Albany City and County Declare Freedom from Domestic Violence to be a Fundamental Human Right

2/14/2013 | Facebook|Twitter|Email
City and county among first in nation to recognize need for global response to domestic violence
Emily von Werlhof '14

Collaboration between the Albany Law School Family Violence Litigation Clinic & Immigration Project, the Albany County Coalition Against Domestic Abuse (ACCADA), and concerned citizens has positioned Albany as one of the first places in the nation to acknowledge the obligations of the United States to hold itself accountable to international law regarding domestic violence.

Since October of last year, the Albany County Executive, Albany City Common Council, and Albany County Legislature have each passed proclamations or unanimous resolutions declaring that freedom from domestic violence is a fundamental human right.

“There are too few communities that have made this important commitment,” said Albany Law School Professor Sarah Rogerson, who is director of the law school’s Family Violence Litigation Clinic & Immigration Project. “Albany, at the city and county levels, joins Cincinnati, Baltimore, and Miami-Dade County in sending a clear message that local governments support international law and the domestication of compliance efforts to stop domestic violence.”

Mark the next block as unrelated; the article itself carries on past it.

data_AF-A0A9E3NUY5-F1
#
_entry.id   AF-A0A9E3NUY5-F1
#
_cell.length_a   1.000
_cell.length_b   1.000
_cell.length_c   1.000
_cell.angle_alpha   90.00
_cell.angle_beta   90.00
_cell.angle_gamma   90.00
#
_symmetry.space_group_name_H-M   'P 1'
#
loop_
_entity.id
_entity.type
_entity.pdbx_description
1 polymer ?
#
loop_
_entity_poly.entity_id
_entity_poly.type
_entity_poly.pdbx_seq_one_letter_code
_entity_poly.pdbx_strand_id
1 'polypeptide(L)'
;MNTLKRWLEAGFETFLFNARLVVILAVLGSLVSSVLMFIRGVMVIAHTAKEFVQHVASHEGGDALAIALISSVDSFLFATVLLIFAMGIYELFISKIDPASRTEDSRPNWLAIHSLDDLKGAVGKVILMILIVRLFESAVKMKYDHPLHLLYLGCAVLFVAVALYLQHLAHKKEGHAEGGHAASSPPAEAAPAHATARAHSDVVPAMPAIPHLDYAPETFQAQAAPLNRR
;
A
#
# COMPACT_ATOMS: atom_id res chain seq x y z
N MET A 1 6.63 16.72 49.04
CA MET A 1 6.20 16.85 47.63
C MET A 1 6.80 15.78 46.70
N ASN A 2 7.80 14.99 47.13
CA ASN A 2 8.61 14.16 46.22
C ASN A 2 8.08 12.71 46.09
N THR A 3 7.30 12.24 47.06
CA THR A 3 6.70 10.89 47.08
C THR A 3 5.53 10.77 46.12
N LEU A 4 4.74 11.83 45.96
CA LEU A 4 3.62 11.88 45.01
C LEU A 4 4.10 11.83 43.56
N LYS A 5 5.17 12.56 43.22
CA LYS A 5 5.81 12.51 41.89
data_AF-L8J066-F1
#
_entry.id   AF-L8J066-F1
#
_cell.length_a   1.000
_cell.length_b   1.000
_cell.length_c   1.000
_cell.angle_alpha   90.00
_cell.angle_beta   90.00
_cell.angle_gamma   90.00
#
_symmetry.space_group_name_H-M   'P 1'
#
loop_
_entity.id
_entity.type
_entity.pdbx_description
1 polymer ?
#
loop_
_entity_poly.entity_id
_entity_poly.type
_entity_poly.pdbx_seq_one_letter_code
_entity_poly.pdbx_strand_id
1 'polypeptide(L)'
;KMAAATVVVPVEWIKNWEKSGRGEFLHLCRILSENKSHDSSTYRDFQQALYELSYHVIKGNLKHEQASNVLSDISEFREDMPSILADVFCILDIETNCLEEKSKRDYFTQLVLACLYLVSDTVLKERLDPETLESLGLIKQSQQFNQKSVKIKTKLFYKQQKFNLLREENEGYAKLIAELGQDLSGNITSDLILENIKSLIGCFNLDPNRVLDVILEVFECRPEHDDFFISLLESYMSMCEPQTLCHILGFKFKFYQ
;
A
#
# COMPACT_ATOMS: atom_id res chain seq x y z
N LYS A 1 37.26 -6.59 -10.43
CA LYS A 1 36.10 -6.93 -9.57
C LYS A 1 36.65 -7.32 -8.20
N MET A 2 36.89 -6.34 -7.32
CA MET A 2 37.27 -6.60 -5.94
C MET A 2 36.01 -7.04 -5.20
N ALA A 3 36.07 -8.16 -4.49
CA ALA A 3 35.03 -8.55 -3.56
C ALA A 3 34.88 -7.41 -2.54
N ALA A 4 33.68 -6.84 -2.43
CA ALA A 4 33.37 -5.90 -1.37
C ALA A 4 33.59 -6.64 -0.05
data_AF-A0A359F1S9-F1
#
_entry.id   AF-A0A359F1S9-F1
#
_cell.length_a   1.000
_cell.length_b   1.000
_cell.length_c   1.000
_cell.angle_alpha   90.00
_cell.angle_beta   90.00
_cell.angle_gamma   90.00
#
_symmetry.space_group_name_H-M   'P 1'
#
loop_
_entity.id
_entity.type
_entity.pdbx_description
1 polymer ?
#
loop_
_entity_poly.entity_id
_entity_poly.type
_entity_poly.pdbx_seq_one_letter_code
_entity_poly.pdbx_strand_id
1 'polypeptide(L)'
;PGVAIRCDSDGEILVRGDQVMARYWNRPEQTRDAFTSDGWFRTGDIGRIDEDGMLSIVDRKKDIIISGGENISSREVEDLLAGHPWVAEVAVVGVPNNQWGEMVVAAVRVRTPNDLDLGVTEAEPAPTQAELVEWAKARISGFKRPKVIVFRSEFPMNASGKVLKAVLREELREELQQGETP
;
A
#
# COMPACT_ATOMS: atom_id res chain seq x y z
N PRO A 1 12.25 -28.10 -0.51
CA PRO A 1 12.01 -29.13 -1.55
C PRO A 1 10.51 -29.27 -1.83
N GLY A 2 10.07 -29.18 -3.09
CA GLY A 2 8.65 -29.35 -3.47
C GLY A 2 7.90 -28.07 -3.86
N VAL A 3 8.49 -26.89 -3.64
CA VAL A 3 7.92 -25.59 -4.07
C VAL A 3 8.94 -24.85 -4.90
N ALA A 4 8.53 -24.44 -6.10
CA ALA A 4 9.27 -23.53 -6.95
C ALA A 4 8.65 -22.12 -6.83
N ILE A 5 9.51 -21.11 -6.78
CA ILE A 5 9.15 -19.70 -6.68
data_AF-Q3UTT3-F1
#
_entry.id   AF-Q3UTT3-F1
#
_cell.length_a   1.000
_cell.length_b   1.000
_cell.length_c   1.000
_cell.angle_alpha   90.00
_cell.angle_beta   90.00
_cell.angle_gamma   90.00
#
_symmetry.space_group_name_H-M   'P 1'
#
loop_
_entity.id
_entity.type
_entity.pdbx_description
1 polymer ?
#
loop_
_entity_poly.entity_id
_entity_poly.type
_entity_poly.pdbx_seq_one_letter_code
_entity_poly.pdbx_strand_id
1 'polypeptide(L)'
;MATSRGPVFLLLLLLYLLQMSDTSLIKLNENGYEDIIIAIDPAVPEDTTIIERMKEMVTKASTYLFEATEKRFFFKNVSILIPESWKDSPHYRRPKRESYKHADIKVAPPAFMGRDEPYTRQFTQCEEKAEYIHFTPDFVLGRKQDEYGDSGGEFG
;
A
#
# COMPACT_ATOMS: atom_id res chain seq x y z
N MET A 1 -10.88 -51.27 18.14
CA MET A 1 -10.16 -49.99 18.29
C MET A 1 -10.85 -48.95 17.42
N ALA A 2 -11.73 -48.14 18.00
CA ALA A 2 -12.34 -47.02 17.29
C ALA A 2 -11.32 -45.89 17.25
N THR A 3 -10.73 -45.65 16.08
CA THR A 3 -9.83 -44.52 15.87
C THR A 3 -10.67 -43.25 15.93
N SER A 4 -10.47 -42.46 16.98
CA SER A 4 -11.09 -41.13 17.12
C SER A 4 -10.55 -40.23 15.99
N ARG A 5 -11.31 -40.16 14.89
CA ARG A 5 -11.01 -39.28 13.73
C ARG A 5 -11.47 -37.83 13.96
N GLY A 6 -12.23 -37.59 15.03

“This was truly a community effort, with letters of support collected from law enforcement agencies, domestic violence services providers, survivors of domestic violence, and advocates throughout Albany County,” said Yvonne Masse, coordinator of ACCADA.

“Passing these resolutions underscores the commitment of officials in Albany to comprehensive domestic violence prevention programs and training, enhancing coordination and consistency in all of our efforts,” said Lisa Frisch, Executive Director of The Legal Project.

From left, Albany Councilwoman Catherine Fahey, Yvonne Masse and Kristin Rogers '13

Eight Albany Law School students were involved in the effort, with two, Kristin Rogers '13 and Emily von Werlhof '14, giving public testimony in support of the resolutions. In the Family Violence Litigation Clinic & Immigration Project, students argue cases in court on behalf of persons who have suffered violence at the hands of intimate partners or family members, including immigrant victims.

ACCADA is a county-wide coalition of service providers, law enforcement officials, survivors, academics, county representatives, advocates, and other interested community groups that convenes to develop an integrated community response to domestic abuse in Albany County.